If digital badging wasn’t motivating enough already, enter wearable badges! Seriously, check out the smiles and the thumbs up of the students sporting their badging swag to the left. For the past month, each time students earn a digital badge, they also earn the corresponding button to pin on either their lanyard or on their backpack.
Today a student came up to me after school and asked if she had earned the Accomplished Presenter badge and if I had the button ready for her yet. She had just submitted evidence for it 2 hours before. I laughed good naturedly and told her that the buttons are being created in the back room as we speak and for her to just be patient another day or so, and she will earn the badge to add to her collection. (I created a public Badgelist account of some of the badges I award here. I use the private accounts for students, but feel free to build on any of my badging ideas.)
Another student asked me if he had earned the most badges than any other student at the school. I responded that he had earned more badges than any other 6th grader, but there were some 7th graders with more badges. However, since I didn’t award buttons last year, he had more “buttons” than any other student. He smiled wide, and told me that the next badge he was going to earn was the Timeline Creator badge.
There is a debate about badges being extrinsic motivation, as students are merely trying to earn something instead of the reward of learning for learnings sake. I thought a long time about this argument and believe that badges are deeper than extrinsic motivation. I liken earning badges to when I was a young tennis competitor and earned trophies when I placed in tennis tournaments. The trophy was never the reason I entered the tournament. It would have been a lot cheaper and easier just to buy a trophy at the store if that was the case. The trophy represented my hard work and the number of hours I spent practicing to refine my skill. Badging is the same. Badging has harnessed the power of encouraging students to earn a concrete skill which they can proudly display.
How do I know it’s more than just wearable bling? I’m still gathering evidence, but a few weeks ago a student wanted to create his own button of an object that he designed in code and I allowed him to create it. However, even though he designed it, he doesn’t wear it on his lanyard. When I asked him about it, he told me that he wants only his accomplishments to wear on his lanyard, and though he is very pleased with the button he designed, he decided that his school lanyard is for displaying only badges earned.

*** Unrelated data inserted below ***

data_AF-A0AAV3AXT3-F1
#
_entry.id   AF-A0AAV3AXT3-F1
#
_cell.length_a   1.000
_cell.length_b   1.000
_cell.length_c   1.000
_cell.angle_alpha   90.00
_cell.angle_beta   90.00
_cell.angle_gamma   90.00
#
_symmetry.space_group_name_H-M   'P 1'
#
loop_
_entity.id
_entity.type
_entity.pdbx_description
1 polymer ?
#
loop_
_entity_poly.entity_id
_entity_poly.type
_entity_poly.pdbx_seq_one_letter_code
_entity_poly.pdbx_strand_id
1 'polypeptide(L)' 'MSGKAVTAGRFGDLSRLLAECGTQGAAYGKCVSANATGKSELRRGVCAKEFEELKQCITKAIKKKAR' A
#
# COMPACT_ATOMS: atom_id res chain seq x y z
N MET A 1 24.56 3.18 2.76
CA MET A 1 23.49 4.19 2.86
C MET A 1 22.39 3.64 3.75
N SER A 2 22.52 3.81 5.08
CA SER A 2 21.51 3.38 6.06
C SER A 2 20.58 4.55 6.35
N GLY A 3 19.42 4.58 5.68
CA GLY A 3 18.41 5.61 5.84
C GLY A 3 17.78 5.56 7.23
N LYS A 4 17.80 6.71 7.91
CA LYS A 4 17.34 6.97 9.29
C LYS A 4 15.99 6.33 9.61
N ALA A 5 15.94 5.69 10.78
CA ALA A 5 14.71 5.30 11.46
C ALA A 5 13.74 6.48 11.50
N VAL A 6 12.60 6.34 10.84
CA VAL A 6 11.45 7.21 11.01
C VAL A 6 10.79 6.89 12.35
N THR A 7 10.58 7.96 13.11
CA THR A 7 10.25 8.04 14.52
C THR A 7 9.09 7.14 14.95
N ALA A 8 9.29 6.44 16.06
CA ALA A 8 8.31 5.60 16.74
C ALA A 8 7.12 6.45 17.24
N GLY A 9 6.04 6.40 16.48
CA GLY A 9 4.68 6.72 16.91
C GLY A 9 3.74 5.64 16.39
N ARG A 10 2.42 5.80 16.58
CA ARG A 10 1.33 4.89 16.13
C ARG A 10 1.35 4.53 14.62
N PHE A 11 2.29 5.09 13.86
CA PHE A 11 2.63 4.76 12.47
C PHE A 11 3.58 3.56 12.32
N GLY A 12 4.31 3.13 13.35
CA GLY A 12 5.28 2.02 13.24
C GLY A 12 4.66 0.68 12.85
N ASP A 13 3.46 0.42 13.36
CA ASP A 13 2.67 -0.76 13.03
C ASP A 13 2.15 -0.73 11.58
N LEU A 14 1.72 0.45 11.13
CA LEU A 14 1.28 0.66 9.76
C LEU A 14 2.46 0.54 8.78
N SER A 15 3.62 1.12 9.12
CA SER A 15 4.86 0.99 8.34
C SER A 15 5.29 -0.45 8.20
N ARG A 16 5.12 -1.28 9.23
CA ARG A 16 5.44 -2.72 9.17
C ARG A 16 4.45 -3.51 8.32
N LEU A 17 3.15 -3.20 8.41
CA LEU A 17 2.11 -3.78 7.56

Badging / Buttoning:
I allow students who have the Advanced Typist badge forgo keyboard covers when they take their biweekly typing tests. I was worried about my 7th grade students letting a student from another class “borrow” their button.The fact that a digital badge is attached to the button keeps this from happening. If I have a question about the authenticity of the button, I can ask the student to show me their digital badge (or I can check it on my own).
The button is simply a wearable signal that they have earned the digital badge. The digital badge carries the evidence that the requirements of the badge have been met. I could not do this buttoning system without the badging system, as the digital system is based on criteria and evidence. In my classroom, I use Badgelist as my digital badging system. The picture to the left shows a badge that Diego earned and if it was the actual website (as opposed to a still jpg image), you would be able to click on the evidence log to see the corresponding evidence which he submitted to earn the Novice Coding II badge. If you have questions about getting started with digital badging see my prior posts here. You may also check out a sample classroom of a lot of the badges I offer my grade 6 and 7 students at my Public TechEd Group.
I asked the student who had earned the most badges today if she wished that I did buttoning last year. (Kailene has earned 14 badges in both 6th and 7th grades). She told me that while the button is nice to wear and show, She is most proud of the actual badge as it has the evidence attached.
Logistics on Buttons:
After researching extensively, I decided on a heavy duty Tecre 1.25″ button maker and circle cutter. A smaller button maker would be hard to see detail, but larger could not be worn on lanyards. The button size is perfect! I taught myself how to use the equipment by reading the easy to follow directions that came with the packaging.Then I taught a few of my students how to make the buttons, and they create them based on the badge images which I have on the badging account. Students enjoy making the buttons, they feel it’s like making a craft project. I often get “yes!” and “weee” when I ask these students to make some buttons.